Tax Cuts for the Rich – Bad; Subsidies – Good
Barack Obama and the Democrats have promised to make this election a turning point in the fight to make the rich “pay their fair share” of taxes. They are using biblical innuendo to suggest that it is immoral for the top 1% of earners (who happen to make 17% of nation AGI) to only pay 36.7% of the federal income taxes. This is their hill to die on.
Accordingly, one would expect Democrats to be the first ones to issue garrulous protestations against farm handouts for the rich. At present, more than 3/4 of farmers who earn upwards of $250,000 a year receive subsidies from at least one farm program. Farm subsidies and crop insurance programs help promote income inequality in farming by offering larger subsidies to those who already have larger farms. These farmers can enjoy multimillion dollar insurance policies that are subsidized in order to guarantee their multimillion dollar investments that would otherwise not be supported by the free market. Also, federal guarantees of bankers’ loans to rich farmers have further increased their borrowing capacity, thereby driving up the cost of land acquisition. This, in turn, has shut out small farmers from the business, making it nearly impossible for them to compete.
It’s no surprise that the number of individual farms has dramatically decreased since the inception of government-run agriculture. According to the Heritage Foundation, the number of farms has declined from 6.8 million to 2.2 million since the Great Depression, despite the fact that the total acreage of farmland has only declined by 13%. The advent of mechanized farm tools has undoubtedly fueled the increase in large farms, but the government has put the nail in the coffin of the small family farm.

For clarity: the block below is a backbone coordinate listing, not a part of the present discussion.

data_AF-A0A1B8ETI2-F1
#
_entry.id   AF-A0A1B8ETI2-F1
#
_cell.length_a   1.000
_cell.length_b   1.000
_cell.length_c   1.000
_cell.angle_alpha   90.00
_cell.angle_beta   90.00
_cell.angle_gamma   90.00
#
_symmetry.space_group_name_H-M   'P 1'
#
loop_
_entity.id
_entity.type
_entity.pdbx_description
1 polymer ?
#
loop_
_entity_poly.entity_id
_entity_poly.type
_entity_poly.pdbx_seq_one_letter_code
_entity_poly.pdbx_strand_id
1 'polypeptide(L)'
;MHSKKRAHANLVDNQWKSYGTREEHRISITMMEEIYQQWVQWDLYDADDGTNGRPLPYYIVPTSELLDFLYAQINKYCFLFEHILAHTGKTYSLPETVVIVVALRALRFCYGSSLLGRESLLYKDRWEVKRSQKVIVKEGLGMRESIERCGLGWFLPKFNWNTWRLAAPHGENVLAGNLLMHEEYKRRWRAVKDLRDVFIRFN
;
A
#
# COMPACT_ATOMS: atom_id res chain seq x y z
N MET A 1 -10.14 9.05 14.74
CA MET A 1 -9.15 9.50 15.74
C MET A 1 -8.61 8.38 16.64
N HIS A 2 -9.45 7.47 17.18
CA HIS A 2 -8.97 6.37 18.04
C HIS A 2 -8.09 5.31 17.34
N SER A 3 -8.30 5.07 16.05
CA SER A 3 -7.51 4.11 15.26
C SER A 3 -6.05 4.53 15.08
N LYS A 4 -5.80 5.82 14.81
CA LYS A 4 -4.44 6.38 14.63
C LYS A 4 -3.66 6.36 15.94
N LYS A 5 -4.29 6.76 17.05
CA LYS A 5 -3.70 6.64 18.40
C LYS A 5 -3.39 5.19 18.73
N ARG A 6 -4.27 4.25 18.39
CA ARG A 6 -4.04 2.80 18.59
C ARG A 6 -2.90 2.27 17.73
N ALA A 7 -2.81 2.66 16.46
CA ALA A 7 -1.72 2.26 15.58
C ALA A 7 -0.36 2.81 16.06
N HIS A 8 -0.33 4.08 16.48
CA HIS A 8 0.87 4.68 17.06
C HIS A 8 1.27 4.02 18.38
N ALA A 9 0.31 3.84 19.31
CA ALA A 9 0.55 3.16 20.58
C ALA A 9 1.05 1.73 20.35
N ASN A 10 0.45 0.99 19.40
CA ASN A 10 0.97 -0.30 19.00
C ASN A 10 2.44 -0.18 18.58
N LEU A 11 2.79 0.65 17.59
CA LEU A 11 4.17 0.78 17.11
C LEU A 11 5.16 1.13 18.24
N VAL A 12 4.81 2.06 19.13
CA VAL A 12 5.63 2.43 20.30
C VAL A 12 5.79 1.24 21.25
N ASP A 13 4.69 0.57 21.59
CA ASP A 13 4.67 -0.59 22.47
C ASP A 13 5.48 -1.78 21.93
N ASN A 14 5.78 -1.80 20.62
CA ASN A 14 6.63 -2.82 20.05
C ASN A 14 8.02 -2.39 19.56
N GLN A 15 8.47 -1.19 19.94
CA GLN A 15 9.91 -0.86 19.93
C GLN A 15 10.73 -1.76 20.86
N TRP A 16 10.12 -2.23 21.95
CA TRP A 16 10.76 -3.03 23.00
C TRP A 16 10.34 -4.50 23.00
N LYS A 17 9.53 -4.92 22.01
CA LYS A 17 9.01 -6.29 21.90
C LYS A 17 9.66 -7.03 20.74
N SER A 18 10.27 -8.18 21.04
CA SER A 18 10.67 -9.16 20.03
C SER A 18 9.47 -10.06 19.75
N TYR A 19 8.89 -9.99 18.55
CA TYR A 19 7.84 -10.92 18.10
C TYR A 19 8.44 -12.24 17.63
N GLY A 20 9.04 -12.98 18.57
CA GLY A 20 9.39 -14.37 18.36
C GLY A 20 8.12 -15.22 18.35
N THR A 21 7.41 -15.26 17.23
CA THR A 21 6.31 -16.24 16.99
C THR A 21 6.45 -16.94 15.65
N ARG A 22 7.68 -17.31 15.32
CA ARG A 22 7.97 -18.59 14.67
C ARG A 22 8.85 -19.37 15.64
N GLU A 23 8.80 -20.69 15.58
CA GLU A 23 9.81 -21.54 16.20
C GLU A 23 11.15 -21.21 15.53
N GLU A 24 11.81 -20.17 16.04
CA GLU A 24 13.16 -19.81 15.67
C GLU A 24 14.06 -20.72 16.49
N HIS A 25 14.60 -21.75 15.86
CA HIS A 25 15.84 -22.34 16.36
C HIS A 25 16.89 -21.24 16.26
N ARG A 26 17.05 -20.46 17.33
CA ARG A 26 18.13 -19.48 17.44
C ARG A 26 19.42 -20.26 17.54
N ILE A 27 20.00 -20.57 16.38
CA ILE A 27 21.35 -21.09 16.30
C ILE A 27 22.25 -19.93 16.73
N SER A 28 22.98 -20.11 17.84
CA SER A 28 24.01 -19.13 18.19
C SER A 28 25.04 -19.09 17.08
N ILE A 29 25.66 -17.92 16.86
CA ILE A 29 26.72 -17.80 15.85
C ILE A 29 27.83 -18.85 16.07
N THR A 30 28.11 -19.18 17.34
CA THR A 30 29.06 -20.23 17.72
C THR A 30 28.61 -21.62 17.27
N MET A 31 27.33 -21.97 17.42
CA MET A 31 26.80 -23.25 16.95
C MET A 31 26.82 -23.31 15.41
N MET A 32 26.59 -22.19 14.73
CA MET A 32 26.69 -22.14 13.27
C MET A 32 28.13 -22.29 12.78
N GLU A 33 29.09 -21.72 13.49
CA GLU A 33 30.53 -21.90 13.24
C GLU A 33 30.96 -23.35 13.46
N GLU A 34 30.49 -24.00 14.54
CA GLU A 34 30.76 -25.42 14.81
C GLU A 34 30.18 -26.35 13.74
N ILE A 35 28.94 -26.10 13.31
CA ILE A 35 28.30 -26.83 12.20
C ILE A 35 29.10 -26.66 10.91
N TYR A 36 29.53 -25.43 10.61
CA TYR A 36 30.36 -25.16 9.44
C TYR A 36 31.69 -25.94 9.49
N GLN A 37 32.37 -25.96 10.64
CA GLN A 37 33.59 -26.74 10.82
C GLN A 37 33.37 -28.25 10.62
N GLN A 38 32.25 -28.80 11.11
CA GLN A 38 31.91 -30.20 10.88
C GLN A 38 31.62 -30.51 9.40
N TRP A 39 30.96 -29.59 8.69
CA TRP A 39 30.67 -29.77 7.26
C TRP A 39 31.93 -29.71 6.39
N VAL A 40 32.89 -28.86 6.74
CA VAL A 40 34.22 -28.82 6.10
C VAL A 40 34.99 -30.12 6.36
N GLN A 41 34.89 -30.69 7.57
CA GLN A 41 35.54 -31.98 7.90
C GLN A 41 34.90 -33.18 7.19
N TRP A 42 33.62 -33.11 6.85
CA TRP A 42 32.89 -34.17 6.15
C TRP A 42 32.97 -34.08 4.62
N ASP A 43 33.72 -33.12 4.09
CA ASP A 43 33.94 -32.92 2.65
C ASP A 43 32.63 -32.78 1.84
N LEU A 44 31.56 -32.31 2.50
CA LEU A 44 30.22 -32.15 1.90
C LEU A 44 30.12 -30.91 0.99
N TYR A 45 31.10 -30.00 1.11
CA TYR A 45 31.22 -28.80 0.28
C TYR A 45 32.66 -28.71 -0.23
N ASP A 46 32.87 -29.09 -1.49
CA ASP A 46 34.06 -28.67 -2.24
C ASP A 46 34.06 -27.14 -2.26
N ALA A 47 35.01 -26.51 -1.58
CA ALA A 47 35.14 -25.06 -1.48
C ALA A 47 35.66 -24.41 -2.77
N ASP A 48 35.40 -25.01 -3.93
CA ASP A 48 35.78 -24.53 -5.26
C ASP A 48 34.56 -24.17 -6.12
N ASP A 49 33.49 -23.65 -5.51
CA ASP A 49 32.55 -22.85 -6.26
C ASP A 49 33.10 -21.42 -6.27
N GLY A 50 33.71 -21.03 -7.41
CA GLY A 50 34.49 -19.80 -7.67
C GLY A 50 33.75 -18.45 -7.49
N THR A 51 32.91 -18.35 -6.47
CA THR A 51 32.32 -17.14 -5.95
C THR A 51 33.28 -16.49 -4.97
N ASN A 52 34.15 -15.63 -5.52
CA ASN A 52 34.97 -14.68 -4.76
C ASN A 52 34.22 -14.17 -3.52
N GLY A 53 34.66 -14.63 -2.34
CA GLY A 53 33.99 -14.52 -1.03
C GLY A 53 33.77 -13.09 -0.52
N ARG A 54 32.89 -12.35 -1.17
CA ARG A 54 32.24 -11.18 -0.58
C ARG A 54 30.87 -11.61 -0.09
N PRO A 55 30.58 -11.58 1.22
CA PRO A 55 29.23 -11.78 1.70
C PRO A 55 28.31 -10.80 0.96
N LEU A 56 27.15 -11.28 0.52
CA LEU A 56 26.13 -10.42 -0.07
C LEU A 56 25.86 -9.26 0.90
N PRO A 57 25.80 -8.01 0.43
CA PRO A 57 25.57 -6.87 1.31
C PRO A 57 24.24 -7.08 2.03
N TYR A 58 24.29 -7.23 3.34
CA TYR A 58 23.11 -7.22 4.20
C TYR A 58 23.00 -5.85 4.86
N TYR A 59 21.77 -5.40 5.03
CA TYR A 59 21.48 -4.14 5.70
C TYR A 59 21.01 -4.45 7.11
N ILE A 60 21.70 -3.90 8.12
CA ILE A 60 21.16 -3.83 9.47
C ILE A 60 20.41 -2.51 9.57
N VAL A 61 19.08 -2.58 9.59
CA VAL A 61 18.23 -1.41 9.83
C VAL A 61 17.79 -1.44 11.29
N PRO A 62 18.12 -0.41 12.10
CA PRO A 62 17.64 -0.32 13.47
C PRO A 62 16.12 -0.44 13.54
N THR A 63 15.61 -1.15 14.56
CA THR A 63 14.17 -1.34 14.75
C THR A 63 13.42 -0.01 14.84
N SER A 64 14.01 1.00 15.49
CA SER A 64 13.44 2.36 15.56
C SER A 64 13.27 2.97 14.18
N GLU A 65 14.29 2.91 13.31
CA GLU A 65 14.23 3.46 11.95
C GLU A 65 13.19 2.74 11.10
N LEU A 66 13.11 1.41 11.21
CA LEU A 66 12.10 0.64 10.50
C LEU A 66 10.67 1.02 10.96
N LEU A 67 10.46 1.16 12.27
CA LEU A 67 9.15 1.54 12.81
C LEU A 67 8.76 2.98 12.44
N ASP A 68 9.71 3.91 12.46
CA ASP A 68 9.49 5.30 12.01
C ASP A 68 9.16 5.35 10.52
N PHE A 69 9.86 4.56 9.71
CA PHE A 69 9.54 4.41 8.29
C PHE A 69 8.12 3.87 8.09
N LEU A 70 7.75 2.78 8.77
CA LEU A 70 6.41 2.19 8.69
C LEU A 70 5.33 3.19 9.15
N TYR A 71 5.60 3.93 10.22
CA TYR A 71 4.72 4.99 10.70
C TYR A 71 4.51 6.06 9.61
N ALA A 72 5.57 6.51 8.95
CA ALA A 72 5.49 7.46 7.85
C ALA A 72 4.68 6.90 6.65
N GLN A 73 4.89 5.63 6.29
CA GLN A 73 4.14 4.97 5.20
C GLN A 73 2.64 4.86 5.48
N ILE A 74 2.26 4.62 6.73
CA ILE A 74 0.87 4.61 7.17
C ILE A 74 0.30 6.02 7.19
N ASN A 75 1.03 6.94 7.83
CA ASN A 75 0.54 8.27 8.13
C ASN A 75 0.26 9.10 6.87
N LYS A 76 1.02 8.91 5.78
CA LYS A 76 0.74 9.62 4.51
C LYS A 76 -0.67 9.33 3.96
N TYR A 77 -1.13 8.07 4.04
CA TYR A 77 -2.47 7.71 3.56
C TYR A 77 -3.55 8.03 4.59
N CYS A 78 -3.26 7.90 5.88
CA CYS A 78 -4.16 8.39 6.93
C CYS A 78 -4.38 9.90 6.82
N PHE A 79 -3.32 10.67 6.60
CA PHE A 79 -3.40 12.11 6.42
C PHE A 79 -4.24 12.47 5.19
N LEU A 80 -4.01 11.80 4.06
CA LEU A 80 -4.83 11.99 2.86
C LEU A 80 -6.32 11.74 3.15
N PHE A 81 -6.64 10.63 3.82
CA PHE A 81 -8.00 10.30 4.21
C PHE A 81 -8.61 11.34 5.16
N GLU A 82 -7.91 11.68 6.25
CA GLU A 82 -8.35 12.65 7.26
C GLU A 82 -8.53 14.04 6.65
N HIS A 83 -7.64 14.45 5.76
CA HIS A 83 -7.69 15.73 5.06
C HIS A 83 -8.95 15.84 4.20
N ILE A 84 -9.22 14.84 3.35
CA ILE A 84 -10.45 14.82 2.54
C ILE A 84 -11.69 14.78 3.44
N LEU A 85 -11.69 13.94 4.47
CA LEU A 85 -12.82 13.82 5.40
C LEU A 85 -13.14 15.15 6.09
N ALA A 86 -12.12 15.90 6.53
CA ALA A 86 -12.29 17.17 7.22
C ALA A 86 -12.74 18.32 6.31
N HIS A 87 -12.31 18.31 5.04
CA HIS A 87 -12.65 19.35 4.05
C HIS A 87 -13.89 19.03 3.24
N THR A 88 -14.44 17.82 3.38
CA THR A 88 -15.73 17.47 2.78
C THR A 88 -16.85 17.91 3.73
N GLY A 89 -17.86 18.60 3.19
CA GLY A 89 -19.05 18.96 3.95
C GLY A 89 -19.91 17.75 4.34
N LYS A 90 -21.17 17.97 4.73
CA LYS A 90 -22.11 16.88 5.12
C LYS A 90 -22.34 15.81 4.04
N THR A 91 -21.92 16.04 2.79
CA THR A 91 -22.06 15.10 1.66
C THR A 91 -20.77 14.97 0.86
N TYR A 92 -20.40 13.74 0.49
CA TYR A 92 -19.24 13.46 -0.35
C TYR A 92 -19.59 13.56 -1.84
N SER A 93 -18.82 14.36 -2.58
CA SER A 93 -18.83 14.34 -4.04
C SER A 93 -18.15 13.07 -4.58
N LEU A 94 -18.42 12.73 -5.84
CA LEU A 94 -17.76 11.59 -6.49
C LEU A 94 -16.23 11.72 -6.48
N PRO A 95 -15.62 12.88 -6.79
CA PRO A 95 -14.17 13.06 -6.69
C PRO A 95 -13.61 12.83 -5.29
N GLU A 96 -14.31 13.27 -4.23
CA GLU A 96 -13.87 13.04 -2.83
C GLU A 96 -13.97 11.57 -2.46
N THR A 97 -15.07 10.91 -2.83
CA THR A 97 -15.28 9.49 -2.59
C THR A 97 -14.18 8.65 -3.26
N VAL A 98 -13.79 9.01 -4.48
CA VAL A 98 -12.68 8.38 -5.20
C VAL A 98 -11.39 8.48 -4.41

If there’s one sphere of public policy in which there is inequality and redistribution to the rich, it is in agriculture. One would expect the progressives to trip over themselves to eliminate these giveaways for the rich, right?
Yesterday, Senator Rand Paul offered an amendment to deny access to farm programs for those with an AGI of over $250,000 annually. Only 1 Democrat (Herb Kohl) in the entire Senate voted for this amendment. Sadly, only 14 Republicans voted for it either.
It seems that Democrats will only oppose tax cuts but will continue to support subsidies. After all, it’s not about the poor; it’s about creating government dependency for all constituents. Maybe we should just call the Bush tax cuts subsidies and then the Democrats will jump aboard.
One of Reagan’s most incisive declarations was when he summed up government’s view of the economy like this: “If it moves, tax it. If it keeps moving, regulate it. And if it stops moving, subsidize it.”
At some point, we must stand up and tell our brethren in the farming community that we will not tax your family farm into oblivion upon your death; we will not regulate the size of your henhouse cages; however, we will not subsidize you either.
Cross-posted from The Madison Project